Choice Outstanding Academic Book. As America’s first truly postmodern president, Bill Clinton experienced both great highs and stunning lows in office that will shape the future course of American politics. Clinton will forever be remembered as the first elected president to be impeached, but will his tarnished legacy have lasting effects on America’s political system? Including the conflict in Kosovo, the World Trade Organization meeting in Seattle, and new developments in the 2000 presidential campaign, The Postmodern Presidency is the most comprehensive and current assessment of Bill Clinton’s presidency available in print. The Postmodern Presidency examines Clinton’s role in redefining the institution of the presidency, and his affect on future presidents’ economic and foreign policies. The contributors highlight the president’s unprecedented courtship of public opinion; how polls affected policy; how the president gained “celebrity” status; how Clinton’s “postmodern” style of public presidency helped him survive the 1994 elections and impeachment; and how all of this might impact future presidents. This new text also demonstrates how the Clinton presidency changed party politics in the public and in Congress, with long-term implications and costs to both Republicans and his own Democratic party, while analyzing Clinton’s effect on the 1990s “culture wars,” the politics and importance of gender, and the politics and policy of race. This text is a must for anyone who studies, teaches, or has an interest in the American presidency and politics.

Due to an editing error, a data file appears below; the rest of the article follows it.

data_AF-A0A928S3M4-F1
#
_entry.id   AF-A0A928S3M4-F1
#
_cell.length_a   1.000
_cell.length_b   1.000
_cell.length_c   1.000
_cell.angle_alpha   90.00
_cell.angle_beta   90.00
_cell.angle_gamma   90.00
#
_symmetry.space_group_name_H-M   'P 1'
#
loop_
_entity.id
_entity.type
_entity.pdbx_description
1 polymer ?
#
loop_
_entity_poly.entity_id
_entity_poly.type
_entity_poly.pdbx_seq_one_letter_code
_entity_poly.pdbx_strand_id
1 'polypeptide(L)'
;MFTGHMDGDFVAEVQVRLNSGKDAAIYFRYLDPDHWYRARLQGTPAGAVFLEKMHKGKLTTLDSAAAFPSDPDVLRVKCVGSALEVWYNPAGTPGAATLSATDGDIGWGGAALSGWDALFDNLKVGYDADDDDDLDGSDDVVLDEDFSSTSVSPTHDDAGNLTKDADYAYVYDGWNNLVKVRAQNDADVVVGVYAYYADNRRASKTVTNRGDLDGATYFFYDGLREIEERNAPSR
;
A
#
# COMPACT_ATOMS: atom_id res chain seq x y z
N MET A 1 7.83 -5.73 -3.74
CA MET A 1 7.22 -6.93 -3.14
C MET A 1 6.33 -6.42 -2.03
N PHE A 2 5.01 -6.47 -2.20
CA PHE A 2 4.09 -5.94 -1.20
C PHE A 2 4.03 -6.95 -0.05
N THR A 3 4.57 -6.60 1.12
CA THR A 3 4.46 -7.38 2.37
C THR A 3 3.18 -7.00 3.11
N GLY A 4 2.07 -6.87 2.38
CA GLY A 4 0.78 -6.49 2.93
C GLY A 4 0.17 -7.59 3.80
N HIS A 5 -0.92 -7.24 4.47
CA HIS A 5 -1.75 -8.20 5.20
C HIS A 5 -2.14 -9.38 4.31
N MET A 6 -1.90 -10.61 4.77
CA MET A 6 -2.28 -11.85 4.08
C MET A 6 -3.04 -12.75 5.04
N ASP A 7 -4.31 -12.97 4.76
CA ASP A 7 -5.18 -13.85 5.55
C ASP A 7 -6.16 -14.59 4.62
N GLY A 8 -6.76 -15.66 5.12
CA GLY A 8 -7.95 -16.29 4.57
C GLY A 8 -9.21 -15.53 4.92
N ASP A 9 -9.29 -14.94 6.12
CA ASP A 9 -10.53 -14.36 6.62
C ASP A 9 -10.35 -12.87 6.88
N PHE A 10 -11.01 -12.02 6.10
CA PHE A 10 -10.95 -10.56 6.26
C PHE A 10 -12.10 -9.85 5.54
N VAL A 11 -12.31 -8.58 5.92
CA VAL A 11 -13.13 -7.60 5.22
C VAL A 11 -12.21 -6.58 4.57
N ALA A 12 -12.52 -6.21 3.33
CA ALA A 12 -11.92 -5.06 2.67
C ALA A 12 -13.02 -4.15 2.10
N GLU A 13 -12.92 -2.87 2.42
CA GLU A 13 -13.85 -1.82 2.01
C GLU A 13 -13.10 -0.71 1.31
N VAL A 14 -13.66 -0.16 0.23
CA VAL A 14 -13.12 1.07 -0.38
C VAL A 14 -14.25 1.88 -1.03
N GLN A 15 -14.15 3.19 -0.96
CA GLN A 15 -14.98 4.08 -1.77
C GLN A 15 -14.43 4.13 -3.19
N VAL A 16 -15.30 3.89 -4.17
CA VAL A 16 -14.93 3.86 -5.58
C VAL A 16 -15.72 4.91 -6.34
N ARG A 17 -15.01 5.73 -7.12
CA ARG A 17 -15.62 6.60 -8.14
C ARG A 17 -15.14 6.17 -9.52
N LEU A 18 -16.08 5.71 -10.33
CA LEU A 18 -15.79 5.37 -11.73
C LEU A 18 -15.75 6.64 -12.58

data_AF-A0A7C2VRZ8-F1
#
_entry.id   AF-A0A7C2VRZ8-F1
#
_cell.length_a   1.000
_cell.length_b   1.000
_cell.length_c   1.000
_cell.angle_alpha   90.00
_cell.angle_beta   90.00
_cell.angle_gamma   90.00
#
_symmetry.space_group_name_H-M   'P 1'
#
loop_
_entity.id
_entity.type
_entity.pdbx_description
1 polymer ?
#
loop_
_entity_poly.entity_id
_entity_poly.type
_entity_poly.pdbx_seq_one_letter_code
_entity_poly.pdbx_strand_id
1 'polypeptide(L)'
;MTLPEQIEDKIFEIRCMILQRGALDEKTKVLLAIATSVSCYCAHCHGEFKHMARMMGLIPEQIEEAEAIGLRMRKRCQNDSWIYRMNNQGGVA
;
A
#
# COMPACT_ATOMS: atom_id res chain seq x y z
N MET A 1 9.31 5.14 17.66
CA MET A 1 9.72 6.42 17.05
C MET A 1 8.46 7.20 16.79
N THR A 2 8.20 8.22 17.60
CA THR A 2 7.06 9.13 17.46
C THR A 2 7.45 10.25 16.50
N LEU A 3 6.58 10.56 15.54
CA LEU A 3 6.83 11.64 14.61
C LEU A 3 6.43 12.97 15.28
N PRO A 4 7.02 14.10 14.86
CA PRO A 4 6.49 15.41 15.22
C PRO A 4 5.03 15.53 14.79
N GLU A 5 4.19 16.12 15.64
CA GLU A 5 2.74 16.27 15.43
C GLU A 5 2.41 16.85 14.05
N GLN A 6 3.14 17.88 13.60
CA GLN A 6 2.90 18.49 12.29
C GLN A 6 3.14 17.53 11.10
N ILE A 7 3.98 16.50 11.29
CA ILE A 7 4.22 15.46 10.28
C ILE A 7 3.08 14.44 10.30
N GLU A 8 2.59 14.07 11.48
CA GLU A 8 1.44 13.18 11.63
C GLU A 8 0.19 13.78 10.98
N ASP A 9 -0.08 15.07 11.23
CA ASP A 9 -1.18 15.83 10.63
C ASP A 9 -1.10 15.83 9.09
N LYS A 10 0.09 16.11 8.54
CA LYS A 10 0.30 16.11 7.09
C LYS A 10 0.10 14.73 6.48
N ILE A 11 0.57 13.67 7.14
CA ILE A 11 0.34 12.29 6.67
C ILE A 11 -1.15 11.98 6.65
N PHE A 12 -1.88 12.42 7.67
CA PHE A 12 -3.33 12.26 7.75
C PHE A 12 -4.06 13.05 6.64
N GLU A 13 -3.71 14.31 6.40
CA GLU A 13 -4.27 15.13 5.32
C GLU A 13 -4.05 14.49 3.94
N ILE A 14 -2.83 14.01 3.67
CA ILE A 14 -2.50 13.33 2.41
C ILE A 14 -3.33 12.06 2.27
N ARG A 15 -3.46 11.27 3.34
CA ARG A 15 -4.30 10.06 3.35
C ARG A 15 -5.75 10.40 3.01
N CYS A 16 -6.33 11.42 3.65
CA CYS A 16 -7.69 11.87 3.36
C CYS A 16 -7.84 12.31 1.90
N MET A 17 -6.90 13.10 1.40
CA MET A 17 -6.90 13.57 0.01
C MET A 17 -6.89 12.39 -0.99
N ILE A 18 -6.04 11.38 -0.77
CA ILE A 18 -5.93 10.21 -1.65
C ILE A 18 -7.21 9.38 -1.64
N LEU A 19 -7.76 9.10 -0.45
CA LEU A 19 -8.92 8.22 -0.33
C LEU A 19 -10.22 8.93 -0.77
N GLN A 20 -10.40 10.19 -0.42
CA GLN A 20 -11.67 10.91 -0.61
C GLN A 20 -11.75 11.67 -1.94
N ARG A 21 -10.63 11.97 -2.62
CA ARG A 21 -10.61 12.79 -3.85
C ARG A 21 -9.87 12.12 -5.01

A convincing argument that Americans will be reckoning with Clinton long after the Clinton presidency has ended. In his relationships with Congress, in altering the contours of partisan politics, and in changing the substance of what Americans discuss in domestic and foreign policy, this book provides us with several pictures of the altered political landscape. A must read.
This fine collection of first appraisal will not be the final explication of the Clinton era, but will serve as an important source for those that follow.
Schier . . . has very ably edited what is certainly going to be one of many academic retrospectives of the Clinton presidency. . . . This book would make an especially timely and valuable collection fo undergraduate courses on the presidency.
The Postmodern Presidency (also) demonstrates how the Clinton presidency changed parties in the public and in Congress, with long tern implications and costs to both Republicans and Democrates, while analyzing Clinton's effect on the 1999s "culture wars", the politics and importance of gender, and the politics and policy of race. A stongly recommended addition to the 20th century political science and American political history reading lists and reference collections, The Postmodern Presidency is informative, engaging, insightful, and though - provoking.
Examines a variety of areas including foreign policy, economic policy, the media, the public, gender, the party system, and culture under the Clinton presidency. . . . It is a harbringer of many to come as generations, ours and future, grapple with the phenomenal challenge of a president whose larger than life stature is unmistaably visible already.
Emphasizes the way the Clinton administration gave expression to the cultural and political themes of the post-modern age with which, Schier contends, the administration functioned. . . . The book examines diverse aspects of the Clinton presidency. Its chapters range over topics such as economic policy, race and gender politics, foreign policy, and Clinton's relations with the public.
Steven E. Schier, the Dorothy H. and Edward C. Congdon Professor of Political Science at Carleton College, is the author or editor of numerous books including The Postmodern Presidency: Bill Clinton’s Legacy in U.S. Politics, and By Invitation Only: The Rise of Exclusive Politics in the United States.